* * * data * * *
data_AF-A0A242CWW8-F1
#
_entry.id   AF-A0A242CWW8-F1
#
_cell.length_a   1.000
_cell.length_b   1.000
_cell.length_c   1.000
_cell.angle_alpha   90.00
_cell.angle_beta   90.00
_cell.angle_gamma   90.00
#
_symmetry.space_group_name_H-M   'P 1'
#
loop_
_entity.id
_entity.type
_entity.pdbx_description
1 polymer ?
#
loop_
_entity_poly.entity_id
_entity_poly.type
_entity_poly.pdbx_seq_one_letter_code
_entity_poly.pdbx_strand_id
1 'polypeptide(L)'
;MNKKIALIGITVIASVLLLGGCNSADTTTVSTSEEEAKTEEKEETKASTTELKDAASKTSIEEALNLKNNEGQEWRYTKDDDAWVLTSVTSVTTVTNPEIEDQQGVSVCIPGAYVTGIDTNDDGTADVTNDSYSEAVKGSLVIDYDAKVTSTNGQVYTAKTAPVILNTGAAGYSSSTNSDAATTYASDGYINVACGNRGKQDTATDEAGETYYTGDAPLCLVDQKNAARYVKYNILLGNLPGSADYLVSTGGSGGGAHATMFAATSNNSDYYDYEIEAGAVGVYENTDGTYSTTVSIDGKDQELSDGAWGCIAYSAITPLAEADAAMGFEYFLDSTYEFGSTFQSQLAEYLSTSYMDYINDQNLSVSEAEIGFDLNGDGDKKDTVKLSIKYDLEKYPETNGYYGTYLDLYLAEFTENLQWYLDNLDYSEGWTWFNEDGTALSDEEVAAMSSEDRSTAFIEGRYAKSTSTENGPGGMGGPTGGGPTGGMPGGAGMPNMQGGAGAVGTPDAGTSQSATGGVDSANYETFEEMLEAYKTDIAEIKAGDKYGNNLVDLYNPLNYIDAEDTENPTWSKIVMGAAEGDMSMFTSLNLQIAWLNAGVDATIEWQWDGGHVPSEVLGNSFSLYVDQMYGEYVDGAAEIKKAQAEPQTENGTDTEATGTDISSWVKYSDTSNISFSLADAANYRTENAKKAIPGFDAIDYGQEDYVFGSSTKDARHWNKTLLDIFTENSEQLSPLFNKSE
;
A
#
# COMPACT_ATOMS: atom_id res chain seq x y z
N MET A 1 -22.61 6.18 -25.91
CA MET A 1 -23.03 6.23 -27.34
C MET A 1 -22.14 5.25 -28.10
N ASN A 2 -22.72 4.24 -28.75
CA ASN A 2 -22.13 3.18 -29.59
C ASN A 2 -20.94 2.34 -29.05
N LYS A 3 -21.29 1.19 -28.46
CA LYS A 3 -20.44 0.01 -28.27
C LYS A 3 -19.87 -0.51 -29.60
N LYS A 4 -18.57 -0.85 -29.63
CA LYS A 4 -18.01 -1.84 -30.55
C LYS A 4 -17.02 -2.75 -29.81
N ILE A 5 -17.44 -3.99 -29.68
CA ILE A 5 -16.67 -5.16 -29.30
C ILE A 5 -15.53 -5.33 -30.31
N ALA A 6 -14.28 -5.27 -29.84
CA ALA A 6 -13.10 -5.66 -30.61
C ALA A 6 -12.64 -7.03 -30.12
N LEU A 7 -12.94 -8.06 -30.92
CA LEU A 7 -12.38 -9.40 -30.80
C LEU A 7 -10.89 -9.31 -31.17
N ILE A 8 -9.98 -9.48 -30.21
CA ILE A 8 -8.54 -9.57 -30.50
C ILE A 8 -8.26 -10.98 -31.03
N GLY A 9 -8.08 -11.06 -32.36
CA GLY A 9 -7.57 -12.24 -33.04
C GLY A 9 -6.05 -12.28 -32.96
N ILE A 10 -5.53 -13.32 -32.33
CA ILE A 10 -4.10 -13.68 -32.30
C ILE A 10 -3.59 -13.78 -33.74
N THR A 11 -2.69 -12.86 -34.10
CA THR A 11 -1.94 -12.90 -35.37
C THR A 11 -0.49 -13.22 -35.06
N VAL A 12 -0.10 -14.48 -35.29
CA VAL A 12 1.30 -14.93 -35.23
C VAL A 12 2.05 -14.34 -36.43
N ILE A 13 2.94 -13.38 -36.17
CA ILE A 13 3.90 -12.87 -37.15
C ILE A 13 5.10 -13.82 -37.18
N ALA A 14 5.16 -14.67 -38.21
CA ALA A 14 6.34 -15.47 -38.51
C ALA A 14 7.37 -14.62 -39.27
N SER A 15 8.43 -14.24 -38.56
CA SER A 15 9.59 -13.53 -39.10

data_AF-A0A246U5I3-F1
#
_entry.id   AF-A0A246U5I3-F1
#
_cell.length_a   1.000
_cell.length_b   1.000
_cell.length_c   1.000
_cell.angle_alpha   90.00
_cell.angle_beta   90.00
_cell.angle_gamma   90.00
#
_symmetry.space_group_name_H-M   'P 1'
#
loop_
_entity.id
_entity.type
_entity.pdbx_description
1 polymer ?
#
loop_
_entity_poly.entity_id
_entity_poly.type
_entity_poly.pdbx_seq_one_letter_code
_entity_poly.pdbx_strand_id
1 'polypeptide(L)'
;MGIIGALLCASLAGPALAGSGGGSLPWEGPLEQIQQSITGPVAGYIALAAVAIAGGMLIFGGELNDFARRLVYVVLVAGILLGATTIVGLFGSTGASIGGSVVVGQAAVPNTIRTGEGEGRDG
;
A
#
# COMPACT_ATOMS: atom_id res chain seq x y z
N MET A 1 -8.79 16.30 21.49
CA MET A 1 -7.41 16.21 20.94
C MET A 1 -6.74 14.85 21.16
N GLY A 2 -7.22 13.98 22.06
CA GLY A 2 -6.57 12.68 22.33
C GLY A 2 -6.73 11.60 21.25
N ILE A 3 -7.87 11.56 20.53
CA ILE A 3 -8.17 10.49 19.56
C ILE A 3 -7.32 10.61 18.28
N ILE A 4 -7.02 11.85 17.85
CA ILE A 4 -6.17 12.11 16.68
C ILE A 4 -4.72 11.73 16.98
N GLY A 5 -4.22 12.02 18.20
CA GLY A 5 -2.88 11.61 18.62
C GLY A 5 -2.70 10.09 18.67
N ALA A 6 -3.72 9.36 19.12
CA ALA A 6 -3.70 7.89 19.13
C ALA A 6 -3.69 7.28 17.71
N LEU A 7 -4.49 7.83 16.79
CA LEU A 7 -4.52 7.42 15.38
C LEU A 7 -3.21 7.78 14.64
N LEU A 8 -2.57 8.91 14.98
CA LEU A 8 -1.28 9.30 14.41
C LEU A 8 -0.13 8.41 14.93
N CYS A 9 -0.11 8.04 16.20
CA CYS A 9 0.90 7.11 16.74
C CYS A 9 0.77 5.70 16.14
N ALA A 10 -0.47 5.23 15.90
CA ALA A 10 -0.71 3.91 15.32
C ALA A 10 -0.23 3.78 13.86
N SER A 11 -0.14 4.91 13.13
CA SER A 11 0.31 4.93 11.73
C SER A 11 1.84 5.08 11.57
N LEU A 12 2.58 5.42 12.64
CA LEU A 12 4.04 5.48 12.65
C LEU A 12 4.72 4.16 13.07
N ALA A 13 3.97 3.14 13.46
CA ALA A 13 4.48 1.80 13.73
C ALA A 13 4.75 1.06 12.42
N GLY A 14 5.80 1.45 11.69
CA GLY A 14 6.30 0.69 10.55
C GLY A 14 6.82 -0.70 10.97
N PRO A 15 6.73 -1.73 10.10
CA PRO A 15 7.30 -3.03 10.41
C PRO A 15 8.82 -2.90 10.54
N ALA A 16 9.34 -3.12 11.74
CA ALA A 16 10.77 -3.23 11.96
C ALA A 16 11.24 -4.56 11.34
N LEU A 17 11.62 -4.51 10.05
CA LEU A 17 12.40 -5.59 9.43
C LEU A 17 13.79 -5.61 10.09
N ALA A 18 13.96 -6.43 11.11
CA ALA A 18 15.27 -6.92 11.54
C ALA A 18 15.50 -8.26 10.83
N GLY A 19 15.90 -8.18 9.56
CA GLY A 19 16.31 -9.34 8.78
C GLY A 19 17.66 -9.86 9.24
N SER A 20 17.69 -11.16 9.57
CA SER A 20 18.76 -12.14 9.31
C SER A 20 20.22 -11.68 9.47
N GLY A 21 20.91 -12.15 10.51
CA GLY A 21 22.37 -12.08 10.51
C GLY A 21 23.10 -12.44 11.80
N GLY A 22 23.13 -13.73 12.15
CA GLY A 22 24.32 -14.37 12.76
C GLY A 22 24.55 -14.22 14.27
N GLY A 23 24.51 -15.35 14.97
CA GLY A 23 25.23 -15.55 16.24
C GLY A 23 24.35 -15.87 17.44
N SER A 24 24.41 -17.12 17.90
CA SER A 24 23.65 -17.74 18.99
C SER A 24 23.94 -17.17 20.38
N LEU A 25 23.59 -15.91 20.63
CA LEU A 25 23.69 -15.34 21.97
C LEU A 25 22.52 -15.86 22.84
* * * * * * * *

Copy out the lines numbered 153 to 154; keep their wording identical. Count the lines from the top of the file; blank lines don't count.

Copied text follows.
N LEU A 17 11.62 -4.51 10.05
CA LEU A 17 12.40 -5.59 9.43